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Boris Johnson: ‘Ban cyclists from wearing headphones’

Anger as Mayor of London tells cyclists to ride more responsibly in the wake of 10 cycle deaths on Britain’s roads so far this month
  • @Jamie_Merrill

Cycling campaigners have reacted angrily to calls from the London Mayor Boris Johnson and one of the capital’s top police officers for riders to take more responsibility for their own safety.

Speaking today, in the wake of 10 cycle deaths on Britain’s roads so far this month, the Metropolitan Police Chief Superintendent Glyn Jones said: “I think the more vulnerable you are, the more careful you need to be – even if the law is on your side.”

His comments came as he launched a new initiative that will see 2,500 officers being asked to reinforce traffic rules in London’s worst blackspots.

This announcement came after an unnamed cyclist, believed to be 61, was killed by a lorry on Monday and became the eighth cyclist to die on the capital’s roads in the last two weeks. Other deaths in Nantwich and Sheffield bring this month’s UK death toll to 10. Another cyclist was reported to “be lucky to be alive” after a collision with a lorry in Camden, north London, on Monday evening.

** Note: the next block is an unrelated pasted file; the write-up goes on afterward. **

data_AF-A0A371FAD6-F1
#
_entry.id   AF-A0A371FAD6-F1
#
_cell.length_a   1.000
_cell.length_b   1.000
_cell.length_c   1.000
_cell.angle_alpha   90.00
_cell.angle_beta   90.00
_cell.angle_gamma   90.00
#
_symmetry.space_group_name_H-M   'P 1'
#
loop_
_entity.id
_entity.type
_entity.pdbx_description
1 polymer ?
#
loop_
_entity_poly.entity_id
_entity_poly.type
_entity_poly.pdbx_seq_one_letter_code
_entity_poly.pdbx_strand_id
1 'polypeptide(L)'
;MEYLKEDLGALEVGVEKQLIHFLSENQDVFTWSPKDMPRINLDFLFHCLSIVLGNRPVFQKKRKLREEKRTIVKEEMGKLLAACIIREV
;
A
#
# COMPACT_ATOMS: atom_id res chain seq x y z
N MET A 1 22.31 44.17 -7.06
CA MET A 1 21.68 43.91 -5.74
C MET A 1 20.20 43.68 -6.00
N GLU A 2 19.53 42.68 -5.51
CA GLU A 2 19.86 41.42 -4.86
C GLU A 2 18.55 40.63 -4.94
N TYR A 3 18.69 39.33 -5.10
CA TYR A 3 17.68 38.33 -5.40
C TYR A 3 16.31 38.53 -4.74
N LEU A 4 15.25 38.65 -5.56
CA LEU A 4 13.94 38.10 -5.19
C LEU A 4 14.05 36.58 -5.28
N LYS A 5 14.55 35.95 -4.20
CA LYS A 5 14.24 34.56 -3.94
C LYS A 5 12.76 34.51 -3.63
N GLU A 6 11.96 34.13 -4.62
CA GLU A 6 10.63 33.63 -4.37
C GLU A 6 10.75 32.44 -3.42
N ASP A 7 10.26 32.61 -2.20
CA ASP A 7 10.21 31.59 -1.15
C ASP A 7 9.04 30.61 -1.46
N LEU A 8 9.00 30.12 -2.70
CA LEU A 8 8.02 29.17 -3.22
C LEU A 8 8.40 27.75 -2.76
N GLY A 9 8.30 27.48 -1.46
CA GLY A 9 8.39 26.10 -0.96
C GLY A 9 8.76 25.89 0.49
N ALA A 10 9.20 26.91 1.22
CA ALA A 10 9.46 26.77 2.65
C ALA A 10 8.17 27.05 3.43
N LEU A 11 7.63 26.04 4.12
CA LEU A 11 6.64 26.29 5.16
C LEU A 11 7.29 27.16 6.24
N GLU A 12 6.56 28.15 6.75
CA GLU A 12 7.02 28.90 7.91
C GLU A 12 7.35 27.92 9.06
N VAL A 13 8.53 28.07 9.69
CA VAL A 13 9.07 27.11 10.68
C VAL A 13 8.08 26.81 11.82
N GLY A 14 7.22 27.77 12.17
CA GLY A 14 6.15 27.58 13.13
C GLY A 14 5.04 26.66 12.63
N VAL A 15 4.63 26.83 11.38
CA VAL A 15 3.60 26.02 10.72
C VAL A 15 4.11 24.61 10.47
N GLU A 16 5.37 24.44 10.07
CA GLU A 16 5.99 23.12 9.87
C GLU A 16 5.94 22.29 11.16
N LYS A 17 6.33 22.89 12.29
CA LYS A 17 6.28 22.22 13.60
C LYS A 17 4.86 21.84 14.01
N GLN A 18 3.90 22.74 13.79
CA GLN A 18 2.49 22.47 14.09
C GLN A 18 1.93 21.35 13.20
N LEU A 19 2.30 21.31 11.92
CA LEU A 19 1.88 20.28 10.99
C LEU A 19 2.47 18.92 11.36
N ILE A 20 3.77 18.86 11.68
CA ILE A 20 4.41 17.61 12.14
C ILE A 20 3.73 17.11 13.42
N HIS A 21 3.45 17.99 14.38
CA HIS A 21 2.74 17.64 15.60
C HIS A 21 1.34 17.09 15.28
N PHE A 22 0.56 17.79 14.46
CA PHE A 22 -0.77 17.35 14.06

Ch Supt Jones also echoed the concerns of many road safety campaigner that a major problem area was cyclists trying to pass a lorry on the left hand side before it makes a left-hand turn. “I’m not saying they’re doing anything wrong,” he said. “What I am saying is if you approach a junction and there’s an HGV, it might be more prudent to hang back than try to overtake the HGV on the inside.”

Later, Mr Johnson told BBC London that he thought cyclists who wear headphones are an “absolute scourge” and he would not be against banning them. “Call me illiberal but it makes me absolutely terrified to see them bowling along unable to hear the traffic,” he said.

The comments drew a sharp response from cyclists, politicians and campaign groups. Roger Geffen, the policy director of CTC, a national cycling charity, said. “It does seem grossly insensitive in the light of these deaths that so many people are blaming cyclists for running red lights or wearing headphones, when in fact there’s very little evidence that any of those things are implicated in what causes cyclists deaths and serious injuries.”

Jenny Jones, a Green member of the London assembly, added: “The Mayor always blames victims when pressed about casualty rises.” Calling for ban on lorries at peak time and a default 20mph speed limit, she added: “Why blame the people who are getting killed when you don’t know the circumstances?”